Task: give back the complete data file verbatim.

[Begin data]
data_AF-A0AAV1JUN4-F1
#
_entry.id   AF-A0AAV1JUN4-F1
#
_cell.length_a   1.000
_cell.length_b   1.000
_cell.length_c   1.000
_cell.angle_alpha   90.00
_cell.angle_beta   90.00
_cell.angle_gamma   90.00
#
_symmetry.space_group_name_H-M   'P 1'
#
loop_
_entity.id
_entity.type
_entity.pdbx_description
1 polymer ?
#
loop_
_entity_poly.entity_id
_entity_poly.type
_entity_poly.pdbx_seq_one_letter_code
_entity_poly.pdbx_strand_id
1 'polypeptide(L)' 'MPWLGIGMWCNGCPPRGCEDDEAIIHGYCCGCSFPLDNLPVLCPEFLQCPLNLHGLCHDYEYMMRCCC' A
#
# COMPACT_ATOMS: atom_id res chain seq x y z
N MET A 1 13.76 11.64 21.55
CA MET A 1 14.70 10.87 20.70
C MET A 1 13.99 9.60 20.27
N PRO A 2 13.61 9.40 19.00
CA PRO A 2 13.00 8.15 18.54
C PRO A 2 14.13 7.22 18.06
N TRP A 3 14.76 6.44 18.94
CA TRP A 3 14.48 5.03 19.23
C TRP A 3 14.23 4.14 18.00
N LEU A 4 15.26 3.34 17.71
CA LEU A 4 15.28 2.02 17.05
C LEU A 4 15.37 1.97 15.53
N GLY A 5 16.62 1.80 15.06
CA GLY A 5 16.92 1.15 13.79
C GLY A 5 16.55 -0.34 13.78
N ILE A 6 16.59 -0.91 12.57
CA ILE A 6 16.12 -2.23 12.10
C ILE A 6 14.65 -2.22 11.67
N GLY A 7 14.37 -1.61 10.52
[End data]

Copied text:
data_AF-A0AAV1JUN4-F1
#
_entry.id   AF-A0AAV1JUN4-F1
#
_cell.length_a   1.000
_cell.length_b   1.000
_cell.length_c   1.000
_cell.angle_alpha   90.00
_cell.angle_beta   90.00
_cell.angle_gamma   90.00
#
_symmetry.space_group_name_H-M   'P 1'
#
loop_
_entity.id
_entity.type
_entity.pdbx_description
1 polymer ?
#
loop_
_entity_poly.entity_id
_entity_poly.type
_entity_poly.pdbx_seq_one_letter_code
_entity_poly.pdbx_strand_id
1 'polypeptide(L)' 'MPWLGIGMWCNGCPPRGCEDDEAIIHGYCCGCSFPLDNLPVLCPEFLQCPLNLHGLCHDYEYMMRCCC' A
#
# COMPACT_ATOMS: atom_id res chain seq x y z
N MET A 1 13.76 11.64 21.55
CA MET A 1 14.70 10.87 20.70
C MET A 1 13.99 9.60 20.27
N PRO A 2 13.61 9.40 19.00
CA PRO A 2 13.00 8.15 18.54
C PRO A 2 14.13 7.22 18.06
N TRP A 3 14.76 6.44 18.94
CA TRP A 3 14.48 5.03 19.23
C TRP A 3 14.23 4.14 18.00
N LEU A 4 15.26 3.34 17.71
CA LEU A 4 15.28 2.02 17.05
C LEU A 4 15.37 1.97 15.53
N GLY A 5 16.62 1.80 15.06
CA GLY A 5 16.92 1.15 13.79
C GLY A 5 16.55 -0.34 13.78
N ILE A 6 16.59 -0.91 12.57
CA ILE A 6 16.12 -2.23 12.10
C ILE A 6 14.65 -2.22 11.67
N GLY A 7 14.37 -1.61 10.52